The parallel GC works efficiently on large data because it runs the heap memory system through the multi-threads processor and is usually the default application for activities in the JVM. The minor garbage collection in the young generation utilizes multiple threads, while the major garbage collection in the old generation uses a single thread.
Like serial GC, the parallel garbage collector also has the “stop the world event,” which pauses the application currently processing the garbage collection. This type of collector is suitable when doing a lot of work that may require long pauses.
This is an older version of parallel GC since Java 7u4. It’s slightly different from parallel GC because it performs the multi-thread processor for young and old generations. With this collector, programmers can control the number of garbage collector threads, specify the maximum pause time goal, and stipulate the maximum throughput target.
The CMS garbage collector is also called the concurrent low pause collector, which signifies its ability to process the garbage collection non-stop.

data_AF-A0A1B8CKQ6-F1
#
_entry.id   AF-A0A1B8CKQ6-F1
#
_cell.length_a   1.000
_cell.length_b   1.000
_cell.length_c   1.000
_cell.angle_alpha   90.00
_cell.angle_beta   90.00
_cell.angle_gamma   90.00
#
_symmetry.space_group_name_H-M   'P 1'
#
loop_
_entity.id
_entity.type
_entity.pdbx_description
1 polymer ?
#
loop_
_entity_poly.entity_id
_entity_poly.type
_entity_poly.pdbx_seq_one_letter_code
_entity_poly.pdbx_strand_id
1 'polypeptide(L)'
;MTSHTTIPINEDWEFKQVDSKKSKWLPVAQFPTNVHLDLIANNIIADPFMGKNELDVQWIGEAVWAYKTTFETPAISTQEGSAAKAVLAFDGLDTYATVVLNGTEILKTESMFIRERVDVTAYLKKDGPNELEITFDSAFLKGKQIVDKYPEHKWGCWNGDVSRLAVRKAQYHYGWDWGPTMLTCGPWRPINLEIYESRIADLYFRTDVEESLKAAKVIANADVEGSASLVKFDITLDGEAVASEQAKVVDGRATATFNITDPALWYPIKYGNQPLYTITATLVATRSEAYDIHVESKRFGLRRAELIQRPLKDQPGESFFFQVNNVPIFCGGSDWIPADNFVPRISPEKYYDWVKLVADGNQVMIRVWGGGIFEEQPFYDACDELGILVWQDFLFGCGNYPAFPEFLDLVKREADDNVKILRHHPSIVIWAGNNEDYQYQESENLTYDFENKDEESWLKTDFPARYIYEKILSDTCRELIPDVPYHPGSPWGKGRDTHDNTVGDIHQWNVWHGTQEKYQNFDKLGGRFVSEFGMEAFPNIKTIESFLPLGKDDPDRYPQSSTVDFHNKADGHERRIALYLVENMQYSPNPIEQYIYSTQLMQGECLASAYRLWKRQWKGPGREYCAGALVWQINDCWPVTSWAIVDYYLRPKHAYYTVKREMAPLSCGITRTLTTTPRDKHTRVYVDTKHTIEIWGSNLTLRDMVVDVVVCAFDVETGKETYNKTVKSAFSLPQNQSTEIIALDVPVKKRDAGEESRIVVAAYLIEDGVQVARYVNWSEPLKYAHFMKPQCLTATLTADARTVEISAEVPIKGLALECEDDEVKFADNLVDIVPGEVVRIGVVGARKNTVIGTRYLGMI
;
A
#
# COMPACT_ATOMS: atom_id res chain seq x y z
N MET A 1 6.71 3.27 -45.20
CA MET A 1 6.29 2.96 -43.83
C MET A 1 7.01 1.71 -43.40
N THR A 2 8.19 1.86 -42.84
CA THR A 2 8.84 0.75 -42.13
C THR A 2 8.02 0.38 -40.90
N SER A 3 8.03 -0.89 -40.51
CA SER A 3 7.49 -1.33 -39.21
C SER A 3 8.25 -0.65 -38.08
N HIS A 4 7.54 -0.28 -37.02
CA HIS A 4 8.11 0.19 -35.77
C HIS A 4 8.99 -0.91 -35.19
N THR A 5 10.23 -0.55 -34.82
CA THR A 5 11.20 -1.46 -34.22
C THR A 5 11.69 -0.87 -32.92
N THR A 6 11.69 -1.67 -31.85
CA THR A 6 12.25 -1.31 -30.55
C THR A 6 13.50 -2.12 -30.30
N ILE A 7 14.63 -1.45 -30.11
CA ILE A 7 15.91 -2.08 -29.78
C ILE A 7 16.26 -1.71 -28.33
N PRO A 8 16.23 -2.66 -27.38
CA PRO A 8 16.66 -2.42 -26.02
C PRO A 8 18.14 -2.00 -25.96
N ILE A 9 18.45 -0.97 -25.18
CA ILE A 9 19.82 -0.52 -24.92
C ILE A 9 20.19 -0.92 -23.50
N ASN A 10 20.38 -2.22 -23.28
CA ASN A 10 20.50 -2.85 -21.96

Additionally, its activities on minor garbage collection are done under multiple thread processes. The multi-thread processes work on applications better than other garbage collectors because they use more CPU space. Also, if more CPU space equals better performance, then the CMS garbage collector is a better choice than the parallel collector. However, in some circumstances, the application performance might be slow.
The G1 garbage collector works similarly to the CMS garbage collector in terms of parallel and concurrent performance. However, it was mainly created to replace the CMS garbage collector JDK1.7 and bring better experience in the field of GC. G1 uses the mark-sweep algorithm to perform garbage collections. Since it is more performance-efficient, G1 might eventually replace CMS.